THE FALLEN IDOL. A London Film Production, distributed by Selznick Releasing Organization, British Lions Films. U.K. 1948. 1 hour 35 minutes, Aspect Ratio 1.37:1, Mono RCA Sound System. Director: Carol Reed. Screenplay: Graham Greene, based on his own short story "The Basement Room." Cinematography: George Périnal, Music: William Alwyn. Production Design: Vincent Korda, James Sawyer. Assistant Director: Guy Hamilton, Producers: Carol Reed, Philip Brandon. Executive Producer: Alexander Korda.
CAST: Ralph Richardson (Baines), Michelle Morgan (Julie), Bobby Henrey (Philipe), Sonia Dresdel (Mrs. Baines), Dennis O'Dea (Inspector Crowe), Jack Hawkins (Detective Ames), Bernard Lee (Detective Hart), Torin Thatcher (Policeman), Karel Stepanek (First Secretary).
This review has been requested by Knox, one of the readers of M's Desk. The content will be replicated in my M's Desk webpage.
Carol Reed (1906-1976), a well-honored Englishman whose directorial career traversed the fledgling British film industry in the prewar era and its '50s and '60s glory days, is nonetheless often cited as a journeyman director, a mere "good storyteller" devoid of his own style or serious stakes in the cinematic medium, especially during the height of the auteurist critical trend driven by the international successes of the French nouvelle vague. Perhaps most famous for directing The Third Man (1949), his own contribution to that seminal postwar thriller has often been overshadowed by that of its flamboyant star Orson Welles, and, to a lesser degree, by that of its screenwriter Graham Greene. Reed, a notoriously generous director with many episodes indicating his gentle approach to the filmmaking process (the current Blu Ray supplements repeat some of these anecdotes, including his advice to a novice director, "Never humiliate an actor"), has not surprisingly received a surge of counter-auteurist critical support in recent years, as more formalist and genre-conscious film criticisms have come to appreciate the native Londoner's delicate yet firm control over the entire filmmaking process. And after so many movies have come and gone, an ability to tell crackling good stories on screen no longer appears so easy today, as it must have been to the Young Turk cineastes of '60s.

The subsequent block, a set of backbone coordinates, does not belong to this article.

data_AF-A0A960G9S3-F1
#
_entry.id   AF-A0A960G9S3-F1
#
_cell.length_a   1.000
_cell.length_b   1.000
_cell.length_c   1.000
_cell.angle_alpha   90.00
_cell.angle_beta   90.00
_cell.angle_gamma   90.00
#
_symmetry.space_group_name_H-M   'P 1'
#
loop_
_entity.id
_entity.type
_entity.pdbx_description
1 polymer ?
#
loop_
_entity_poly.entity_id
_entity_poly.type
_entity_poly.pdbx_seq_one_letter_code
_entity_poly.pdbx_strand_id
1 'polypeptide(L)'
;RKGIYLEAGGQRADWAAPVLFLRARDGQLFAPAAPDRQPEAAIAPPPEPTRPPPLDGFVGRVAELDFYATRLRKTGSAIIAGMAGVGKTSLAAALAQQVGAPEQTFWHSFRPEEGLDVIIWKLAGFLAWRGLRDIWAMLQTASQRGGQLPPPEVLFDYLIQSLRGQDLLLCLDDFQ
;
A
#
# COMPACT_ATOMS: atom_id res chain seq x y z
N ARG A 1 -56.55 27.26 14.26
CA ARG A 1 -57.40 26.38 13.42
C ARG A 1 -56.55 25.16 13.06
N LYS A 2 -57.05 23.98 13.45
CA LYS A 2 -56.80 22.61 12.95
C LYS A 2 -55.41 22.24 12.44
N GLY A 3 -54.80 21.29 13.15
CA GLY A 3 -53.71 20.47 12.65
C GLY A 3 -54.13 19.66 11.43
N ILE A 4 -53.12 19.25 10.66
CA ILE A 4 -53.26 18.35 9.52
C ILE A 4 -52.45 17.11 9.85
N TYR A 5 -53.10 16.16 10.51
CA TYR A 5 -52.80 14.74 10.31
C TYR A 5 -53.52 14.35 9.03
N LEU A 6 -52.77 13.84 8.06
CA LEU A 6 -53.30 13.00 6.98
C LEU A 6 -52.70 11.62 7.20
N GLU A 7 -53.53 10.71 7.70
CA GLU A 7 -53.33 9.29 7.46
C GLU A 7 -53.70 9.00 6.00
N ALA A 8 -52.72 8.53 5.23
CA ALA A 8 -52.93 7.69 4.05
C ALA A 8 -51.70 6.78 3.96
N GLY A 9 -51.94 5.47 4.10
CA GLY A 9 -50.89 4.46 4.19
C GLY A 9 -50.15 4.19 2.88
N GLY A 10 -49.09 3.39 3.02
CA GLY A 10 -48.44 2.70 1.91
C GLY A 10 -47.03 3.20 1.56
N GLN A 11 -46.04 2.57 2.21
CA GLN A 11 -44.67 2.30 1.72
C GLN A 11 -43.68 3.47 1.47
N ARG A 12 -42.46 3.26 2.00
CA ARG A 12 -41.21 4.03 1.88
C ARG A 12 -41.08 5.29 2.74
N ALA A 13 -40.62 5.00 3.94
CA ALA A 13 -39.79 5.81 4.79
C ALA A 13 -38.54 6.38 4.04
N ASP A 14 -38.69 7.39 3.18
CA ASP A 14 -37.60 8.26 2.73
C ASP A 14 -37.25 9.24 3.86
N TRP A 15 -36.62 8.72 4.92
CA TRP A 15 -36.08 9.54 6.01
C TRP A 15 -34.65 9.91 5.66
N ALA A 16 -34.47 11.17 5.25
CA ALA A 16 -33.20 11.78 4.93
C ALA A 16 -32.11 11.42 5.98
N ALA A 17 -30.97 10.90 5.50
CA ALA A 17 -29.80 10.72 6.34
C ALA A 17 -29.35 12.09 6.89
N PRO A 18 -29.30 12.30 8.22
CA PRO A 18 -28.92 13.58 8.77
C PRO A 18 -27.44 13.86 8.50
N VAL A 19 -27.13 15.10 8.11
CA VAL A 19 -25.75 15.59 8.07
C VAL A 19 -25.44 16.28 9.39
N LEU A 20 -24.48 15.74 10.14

The Fallen Idol, usually discussed in conjunction with Reed's two other masterpieces from the immediate postwar period, The Odd Man Out (1947) and the aforementioned The Third Man, is deceptively simple-looking motion picture, tightly controlled and "engineered," yet giving the illusion of a fully naturalistic, opened-up world to the first-time viewer. Its moral concerns are also a lot more ambivalent and complex than it appears at the outset. When I had first seen it at the Cambridge, MA's Brattle Theater sometime in '80s, I immediately became immersed in it as a intelligently constructed mystery film, that, like the best of the Italian gialli made twenty years later, hinges on the misinformation conveyed through the act of seeing (and believing wrongly that one had seen something, when he/she in fact had not). It appealed to me as the type of boardroom thriller that the British were typecast for doing a great job with. Only after multiple viewings spread over more than three decades, I came to realize that the film is much more than a mere thriller, overlain with complex psychological dynamics, and suffused with a highly compassionate sensibility that could have only come from a generation that had reflected hard on the cruelties and absurdities of a devastating war.
One of the standard interpretations of the film, that this is a well-told story of a young boy being forced into adulthood, a variant of Bildungsroman, has never really worked that well for me. I have always found it exceedingly difficult to identify with the little Philipe, the eight-year-old French Ambassador's son who idolizes the Embassy's butler, Baines, who is carrying out an extramarital affair with a beautiful French typist, Julie, right under the nose of Mrs. Baines, a vindictive and disciplining authority figure for the kid. Perhaps because I have since a very young age always been so easily seduced by the great yet subtle acting, the pretend-games these marvelous British actors play, every time I have seen The Fallen Idol my focus is inexorably drawn to Baines. When he is so pathetically and, in my view as an empathetic viewer, so unjustly reduced to his "real" self in the second half, my heart unfailingly goes out to him.